The antihypertension drugs known as ACE inhibitors (ACEI) decrease albuminuria in diabetic nephropathy but the pathological changes in the kidney and renal functional deterioration may continue toward end stage renal disease (ESRD). ACEI are also less effective in type 2 or non-insulin dependent diabetic (DM2) nephropathy as compared to that seen in type 1 or insulin dependent diabetes (DM1). Salvetti A. et al. Drugs 57(5):665-693 (1999).
Diabetic nephropathy is a clinically well defined pathological condition characterized by proteinuria, hypertension, edema and renal insufficiency and generally occurs in patients suffering from diabetes for more than ten years. Diabetic nephropathy causes a number of structural changes in the kidney, the most characteristic of which is the glomerular injury detectable by the enlargement of the mesangium and by the thickening of the basement membrane in the glomerulus. (See Cecil Textbook of Medicine (pages 1281-1283), Edited by Goldman L. and Claude Bennett J., 21st Edition (2000), W. B. Saunders, Philadelphia).
Glycosaminoglycans such as Sulodexide are known to decrease albumin excretion in patients with diabetic nephropathy. The precise mechanism is not known but may include the following:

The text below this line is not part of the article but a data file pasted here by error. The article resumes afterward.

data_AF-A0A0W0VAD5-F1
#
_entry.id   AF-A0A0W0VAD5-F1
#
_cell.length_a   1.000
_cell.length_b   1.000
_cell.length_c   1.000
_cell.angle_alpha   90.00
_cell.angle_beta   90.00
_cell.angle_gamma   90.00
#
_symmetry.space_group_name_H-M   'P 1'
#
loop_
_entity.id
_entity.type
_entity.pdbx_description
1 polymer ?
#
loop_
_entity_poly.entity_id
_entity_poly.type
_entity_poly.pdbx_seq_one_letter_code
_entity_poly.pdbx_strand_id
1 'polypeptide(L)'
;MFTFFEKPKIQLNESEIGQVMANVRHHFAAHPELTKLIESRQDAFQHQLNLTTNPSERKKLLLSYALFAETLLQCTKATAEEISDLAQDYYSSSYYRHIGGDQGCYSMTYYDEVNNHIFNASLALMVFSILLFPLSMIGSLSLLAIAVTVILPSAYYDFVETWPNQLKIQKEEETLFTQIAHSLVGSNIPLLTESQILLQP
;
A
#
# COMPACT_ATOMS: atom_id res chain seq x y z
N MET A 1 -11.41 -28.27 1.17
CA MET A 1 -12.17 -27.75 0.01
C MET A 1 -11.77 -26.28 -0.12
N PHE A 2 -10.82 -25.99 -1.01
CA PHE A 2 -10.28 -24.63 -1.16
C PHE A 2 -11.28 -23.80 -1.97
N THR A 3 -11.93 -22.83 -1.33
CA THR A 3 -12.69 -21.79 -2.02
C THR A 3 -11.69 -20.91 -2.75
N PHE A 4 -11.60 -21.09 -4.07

Kanwar Y. S. et al., Sem. Nephrol., 5, 307, (1985) and Groggel G. C. et al., Kidney Int., 33, 517, (1988), have produced evidence of the probable role of glycosaminoglycans in helping the integrity and the functioning of the renal cells.
Moreover, Canfield J. P. et al., Lab. Invest., 39, 505, (1978), previously showed a decrease of glycosaminoglycans in the glomerular basement membrane in many conditions of nephropathy, while Baggio B. et al., Nephron., 43, 187, (1986) showed an increased urinary elimination of glycosaminoglycans in diabetic, non-albuminuric, patients. This increased excretion of glycosaminoglycans in diabetic nephropathies was shown also by Partasarathy N. et al., Diabetes, 31, 738, (1982).